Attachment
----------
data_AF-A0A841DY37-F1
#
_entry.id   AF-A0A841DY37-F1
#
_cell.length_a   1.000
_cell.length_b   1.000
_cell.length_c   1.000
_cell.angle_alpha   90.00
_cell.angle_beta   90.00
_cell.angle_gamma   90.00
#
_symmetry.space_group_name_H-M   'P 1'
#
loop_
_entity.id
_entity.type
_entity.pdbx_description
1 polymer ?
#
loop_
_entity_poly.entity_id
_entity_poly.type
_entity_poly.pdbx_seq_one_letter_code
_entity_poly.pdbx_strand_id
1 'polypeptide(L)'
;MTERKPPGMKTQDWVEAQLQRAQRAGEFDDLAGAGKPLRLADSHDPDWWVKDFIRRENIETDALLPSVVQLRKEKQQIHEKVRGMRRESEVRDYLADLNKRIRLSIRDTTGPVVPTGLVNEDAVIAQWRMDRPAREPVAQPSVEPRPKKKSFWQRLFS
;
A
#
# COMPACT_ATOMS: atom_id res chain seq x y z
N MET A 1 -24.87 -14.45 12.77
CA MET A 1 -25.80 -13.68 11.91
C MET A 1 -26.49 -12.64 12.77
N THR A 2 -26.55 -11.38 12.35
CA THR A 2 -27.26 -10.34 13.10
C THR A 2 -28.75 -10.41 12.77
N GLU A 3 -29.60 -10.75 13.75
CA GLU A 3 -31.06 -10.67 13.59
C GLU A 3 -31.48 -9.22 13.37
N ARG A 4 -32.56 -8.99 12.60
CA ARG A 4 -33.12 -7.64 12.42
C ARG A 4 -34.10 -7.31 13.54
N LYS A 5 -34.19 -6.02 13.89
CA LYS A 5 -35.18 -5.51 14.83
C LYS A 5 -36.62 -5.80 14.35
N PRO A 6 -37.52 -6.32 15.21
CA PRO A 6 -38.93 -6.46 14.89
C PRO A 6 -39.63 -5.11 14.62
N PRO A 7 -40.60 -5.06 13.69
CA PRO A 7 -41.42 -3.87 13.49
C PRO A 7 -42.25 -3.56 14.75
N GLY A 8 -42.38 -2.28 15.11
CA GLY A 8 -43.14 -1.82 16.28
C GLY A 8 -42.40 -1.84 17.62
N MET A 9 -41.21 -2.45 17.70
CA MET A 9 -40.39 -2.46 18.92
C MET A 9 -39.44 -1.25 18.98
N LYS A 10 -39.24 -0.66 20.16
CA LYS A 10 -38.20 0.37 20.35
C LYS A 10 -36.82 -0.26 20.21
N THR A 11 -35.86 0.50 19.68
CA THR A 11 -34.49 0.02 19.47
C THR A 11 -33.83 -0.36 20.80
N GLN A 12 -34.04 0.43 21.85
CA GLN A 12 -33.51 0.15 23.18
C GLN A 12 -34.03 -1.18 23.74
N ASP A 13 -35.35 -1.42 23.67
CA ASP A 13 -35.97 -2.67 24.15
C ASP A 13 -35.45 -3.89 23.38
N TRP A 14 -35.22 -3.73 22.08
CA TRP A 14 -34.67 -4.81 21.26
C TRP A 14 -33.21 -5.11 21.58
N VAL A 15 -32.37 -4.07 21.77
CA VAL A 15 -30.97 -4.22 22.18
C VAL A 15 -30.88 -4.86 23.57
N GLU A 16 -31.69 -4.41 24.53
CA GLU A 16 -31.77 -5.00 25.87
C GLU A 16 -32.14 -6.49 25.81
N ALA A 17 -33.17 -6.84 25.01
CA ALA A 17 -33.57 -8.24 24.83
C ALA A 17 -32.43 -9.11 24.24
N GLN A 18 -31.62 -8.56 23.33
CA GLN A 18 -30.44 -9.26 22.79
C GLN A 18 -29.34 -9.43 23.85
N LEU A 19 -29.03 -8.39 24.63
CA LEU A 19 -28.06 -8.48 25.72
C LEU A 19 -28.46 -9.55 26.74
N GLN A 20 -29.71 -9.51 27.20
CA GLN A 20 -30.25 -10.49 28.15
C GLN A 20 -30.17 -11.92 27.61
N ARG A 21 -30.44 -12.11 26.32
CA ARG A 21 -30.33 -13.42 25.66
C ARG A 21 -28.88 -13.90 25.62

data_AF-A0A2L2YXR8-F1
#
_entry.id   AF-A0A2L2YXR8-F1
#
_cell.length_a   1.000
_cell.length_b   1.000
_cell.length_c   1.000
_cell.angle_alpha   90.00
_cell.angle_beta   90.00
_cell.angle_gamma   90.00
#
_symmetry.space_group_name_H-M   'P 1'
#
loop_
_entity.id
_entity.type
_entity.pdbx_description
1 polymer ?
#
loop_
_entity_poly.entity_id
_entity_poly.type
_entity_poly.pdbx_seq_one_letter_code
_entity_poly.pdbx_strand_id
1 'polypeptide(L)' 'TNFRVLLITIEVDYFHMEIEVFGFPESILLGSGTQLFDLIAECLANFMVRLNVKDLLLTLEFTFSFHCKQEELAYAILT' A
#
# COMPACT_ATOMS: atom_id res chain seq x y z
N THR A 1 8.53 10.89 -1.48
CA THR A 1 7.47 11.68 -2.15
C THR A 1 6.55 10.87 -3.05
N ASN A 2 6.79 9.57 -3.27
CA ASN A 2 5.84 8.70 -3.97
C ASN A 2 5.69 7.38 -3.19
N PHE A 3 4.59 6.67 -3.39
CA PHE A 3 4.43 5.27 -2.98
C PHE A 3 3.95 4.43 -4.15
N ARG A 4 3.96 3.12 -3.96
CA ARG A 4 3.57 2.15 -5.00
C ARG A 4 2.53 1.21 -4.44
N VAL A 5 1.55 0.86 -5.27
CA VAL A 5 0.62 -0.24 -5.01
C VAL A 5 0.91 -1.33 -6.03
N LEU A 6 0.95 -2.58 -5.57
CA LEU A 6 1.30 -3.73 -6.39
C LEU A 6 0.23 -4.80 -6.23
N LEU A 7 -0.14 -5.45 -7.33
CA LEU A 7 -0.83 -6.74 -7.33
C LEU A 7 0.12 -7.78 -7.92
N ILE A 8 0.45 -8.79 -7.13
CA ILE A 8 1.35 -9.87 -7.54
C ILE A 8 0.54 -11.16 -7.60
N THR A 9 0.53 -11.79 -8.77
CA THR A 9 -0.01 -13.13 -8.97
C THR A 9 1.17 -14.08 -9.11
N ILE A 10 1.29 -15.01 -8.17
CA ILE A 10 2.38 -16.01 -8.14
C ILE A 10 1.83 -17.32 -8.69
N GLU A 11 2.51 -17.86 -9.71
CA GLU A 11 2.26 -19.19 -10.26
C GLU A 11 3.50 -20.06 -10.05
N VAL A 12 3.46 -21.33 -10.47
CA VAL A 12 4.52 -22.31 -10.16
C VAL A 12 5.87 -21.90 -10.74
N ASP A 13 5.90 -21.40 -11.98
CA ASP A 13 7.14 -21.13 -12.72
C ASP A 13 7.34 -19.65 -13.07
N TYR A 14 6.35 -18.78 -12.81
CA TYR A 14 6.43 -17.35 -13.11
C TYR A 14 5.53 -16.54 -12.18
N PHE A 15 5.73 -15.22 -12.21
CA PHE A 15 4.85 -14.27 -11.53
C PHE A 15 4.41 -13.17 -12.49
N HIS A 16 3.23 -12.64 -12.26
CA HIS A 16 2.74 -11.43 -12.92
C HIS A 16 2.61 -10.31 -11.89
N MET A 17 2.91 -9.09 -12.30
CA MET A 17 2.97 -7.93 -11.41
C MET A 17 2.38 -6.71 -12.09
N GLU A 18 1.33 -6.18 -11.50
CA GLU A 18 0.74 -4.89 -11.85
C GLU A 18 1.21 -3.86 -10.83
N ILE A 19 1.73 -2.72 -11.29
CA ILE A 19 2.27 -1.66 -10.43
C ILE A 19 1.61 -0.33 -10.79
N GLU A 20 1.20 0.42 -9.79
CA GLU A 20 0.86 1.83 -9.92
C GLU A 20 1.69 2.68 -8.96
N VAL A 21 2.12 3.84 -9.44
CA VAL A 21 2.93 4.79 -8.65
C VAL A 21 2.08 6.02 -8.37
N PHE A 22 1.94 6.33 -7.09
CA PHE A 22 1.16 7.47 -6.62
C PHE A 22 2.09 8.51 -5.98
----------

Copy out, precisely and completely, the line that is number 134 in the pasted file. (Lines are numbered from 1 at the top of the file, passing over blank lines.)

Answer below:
CA VAL A 5 0.62 -0.24 -5.01